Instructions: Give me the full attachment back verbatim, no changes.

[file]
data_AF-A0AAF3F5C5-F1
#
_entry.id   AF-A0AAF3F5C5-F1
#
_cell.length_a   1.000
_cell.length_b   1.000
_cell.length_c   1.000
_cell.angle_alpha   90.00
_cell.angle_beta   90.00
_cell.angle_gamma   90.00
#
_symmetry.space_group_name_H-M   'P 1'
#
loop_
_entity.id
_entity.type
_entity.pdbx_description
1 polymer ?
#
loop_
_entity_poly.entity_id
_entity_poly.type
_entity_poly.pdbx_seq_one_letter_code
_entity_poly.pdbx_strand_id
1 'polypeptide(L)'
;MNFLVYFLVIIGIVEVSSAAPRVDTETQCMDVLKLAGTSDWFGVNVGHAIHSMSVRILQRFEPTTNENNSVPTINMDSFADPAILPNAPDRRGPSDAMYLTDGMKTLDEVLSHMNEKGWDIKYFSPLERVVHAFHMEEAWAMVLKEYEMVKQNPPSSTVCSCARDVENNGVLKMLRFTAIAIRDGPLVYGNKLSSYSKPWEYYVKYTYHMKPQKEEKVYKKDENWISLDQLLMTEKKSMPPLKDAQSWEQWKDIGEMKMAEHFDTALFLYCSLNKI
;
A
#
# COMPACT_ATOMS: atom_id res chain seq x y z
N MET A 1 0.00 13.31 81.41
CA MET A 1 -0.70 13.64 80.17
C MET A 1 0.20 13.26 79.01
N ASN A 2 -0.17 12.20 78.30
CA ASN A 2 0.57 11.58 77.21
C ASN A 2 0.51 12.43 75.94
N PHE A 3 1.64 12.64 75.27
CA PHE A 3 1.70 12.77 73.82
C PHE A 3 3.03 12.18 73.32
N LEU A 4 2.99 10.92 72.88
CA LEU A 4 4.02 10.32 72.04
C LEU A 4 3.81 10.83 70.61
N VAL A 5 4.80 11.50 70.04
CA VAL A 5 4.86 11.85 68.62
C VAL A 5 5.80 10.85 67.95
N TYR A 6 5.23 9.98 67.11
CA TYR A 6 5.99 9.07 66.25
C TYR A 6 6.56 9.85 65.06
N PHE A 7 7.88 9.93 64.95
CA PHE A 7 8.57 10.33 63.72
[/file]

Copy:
data_AF-A0AAF3F5C5-F1
#
_entry.id   AF-A0AAF3F5C5-F1
#
_cell.length_a   1.000
_cell.length_b   1.000
_cell.length_c   1.000
_cell.angle_alpha   90.00
_cell.angle_beta   90.00
_cell.angle_gamma   90.00
#
_symmetry.space_group_name_H-M   'P 1'
#
loop_
_entity.id
_entity.type
_entity.pdbx_description
1 polymer ?
#
loop_
_entity_poly.entity_id
_entity_poly.type
_entity_poly.pdbx_seq_one_letter_code
_entity_poly.pdbx_strand_id
1 'polypeptide(L)'
;MNFLVYFLVIIGIVEVSSAAPRVDTETQCMDVLKLAGTSDWFGVNVGHAIHSMSVRILQRFEPTTNENNSVPTINMDSFADPAILPNAPDRRGPSDAMYLTDGMKTLDEVLSHMNEKGWDIKYFSPLERVVHAFHMEEAWAMVLKEYEMVKQNPPSSTVCSCARDVENNGVLKMLRFTAIAIRDGPLVYGNKLSSYSKPWEYYVKYTYHMKPQKEEKVYKKDENWISLDQLLMTEKKSMPPLKDAQSWEQWKDIGEMKMAEHFDTALFLYCSLNKI
;
A
#
# COMPACT_ATOMS: atom_id res chain seq x y z
N MET A 1 0.00 13.31 81.41
CA MET A 1 -0.70 13.64 80.17
C MET A 1 0.20 13.26 79.01
N ASN A 2 -0.17 12.20 78.30
CA ASN A 2 0.57 11.58 77.21
C ASN A 2 0.51 12.43 75.94
N PHE A 3 1.64 12.64 75.27
CA PHE A 3 1.70 12.77 73.82
C PHE A 3 3.03 12.18 73.32
N LEU A 4 2.99 10.92 72.88
CA LEU A 4 4.02 10.32 72.04
C LEU A 4 3.81 10.83 70.61
N VAL A 5 4.80 11.50 70.04
CA VAL A 5 4.86 11.85 68.62
C VAL A 5 5.80 10.85 67.95
N TYR A 6 5.23 9.98 67.11
CA TYR A 6 5.99 9.07 66.25
C TYR A 6 6.56 9.85 65.06
N PHE A 7 7.88 9.93 64.95
CA PHE A 7 8.57 10.33 63.72